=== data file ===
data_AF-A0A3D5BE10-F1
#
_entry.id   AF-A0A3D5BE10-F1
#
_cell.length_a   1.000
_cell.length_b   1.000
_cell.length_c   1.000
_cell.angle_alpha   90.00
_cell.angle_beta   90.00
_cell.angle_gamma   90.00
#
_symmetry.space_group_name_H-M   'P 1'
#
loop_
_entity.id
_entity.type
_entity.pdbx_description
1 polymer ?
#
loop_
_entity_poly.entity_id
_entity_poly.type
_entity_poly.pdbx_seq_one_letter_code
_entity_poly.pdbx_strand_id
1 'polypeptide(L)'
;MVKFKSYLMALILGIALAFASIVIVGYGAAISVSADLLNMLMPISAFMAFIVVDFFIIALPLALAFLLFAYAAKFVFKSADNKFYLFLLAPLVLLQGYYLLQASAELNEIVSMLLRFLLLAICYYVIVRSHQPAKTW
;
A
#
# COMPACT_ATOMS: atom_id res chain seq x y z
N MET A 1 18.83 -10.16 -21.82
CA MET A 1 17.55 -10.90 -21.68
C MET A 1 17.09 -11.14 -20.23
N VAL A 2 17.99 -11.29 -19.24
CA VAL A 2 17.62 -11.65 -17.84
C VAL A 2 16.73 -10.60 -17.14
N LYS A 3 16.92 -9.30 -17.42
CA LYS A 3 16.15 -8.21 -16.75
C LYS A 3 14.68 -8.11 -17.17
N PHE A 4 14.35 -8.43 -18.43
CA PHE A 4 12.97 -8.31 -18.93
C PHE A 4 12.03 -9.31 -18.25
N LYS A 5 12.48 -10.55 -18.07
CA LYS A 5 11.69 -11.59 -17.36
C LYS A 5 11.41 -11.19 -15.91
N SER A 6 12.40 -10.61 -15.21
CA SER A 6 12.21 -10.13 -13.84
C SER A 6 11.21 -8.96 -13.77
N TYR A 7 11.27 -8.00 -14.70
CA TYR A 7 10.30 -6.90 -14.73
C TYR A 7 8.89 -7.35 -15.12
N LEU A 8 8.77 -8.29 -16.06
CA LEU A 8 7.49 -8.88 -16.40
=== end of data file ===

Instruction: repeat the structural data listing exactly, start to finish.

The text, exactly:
data_AF-A0A3D5BE10-F1
#
_entry.id   AF-A0A3D5BE10-F1
#
_cell.length_a   1.000
_cell.length_b   1.000
_cell.length_c   1.000
_cell.angle_alpha   90.00
_cell.angle_beta   90.00
_cell.angle_gamma   90.00
#
_symmetry.space_group_name_H-M   'P 1'
#
loop_
_entity.id
_entity.type
_entity.pdbx_description
1 polymer ?
#
loop_
_entity_poly.entity_id
_entity_poly.type
_entity_poly.pdbx_seq_one_letter_code
_entity_poly.pdbx_strand_id
1 'polypeptide(L)'
;MVKFKSYLMALILGIALAFASIVIVGYGAAISVSADLLNMLMPISAFMAFIVVDFFIIALPLALAFLLFAYAAKFVFKSADNKFYLFLLAPLVLLQGYYLLQASAELNEIVSMLLRFLLLAICYYVIVRSHQPAKTW
;
A
#
# COMPACT_ATOMS: atom_id res chain seq x y z
N MET A 1 18.83 -10.16 -21.82
CA MET A 1 17.55 -10.90 -21.68
C MET A 1 17.09 -11.14 -20.23
N VAL A 2 17.99 -11.29 -19.24
CA VAL A 2 17.62 -11.65 -17.84
C VAL A 2 16.73 -10.60 -17.14
N LYS A 3 16.92 -9.30 -17.42
CA LYS A 3 16.15 -8.21 -16.75
C LYS A 3 14.68 -8.11 -17.17
N PHE A 4 14.35 -8.43 -18.43
CA PHE A 4 12.97 -8.31 -18.93
C PHE A 4 12.03 -9.31 -18.25
N LYS A 5 12.48 -10.55 -18.07
CA LYS A 5 11.69 -11.59 -17.36
C LYS A 5 11.41 -11.19 -15.91
N SER A 6 12.40 -10.61 -15.21
CA SER A 6 12.21 -10.13 -13.84
C SER A 6 11.21 -8.96 -13.77
N TYR A 7 11.27 -8.00 -14.70
CA TYR A 7 10.30 -6.90 -14.73
C TYR A 7 8.89 -7.35 -15.12
N LEU A 8 8.77 -8.29 -16.06
CA LEU A 8 7.49 -8.88 -16.40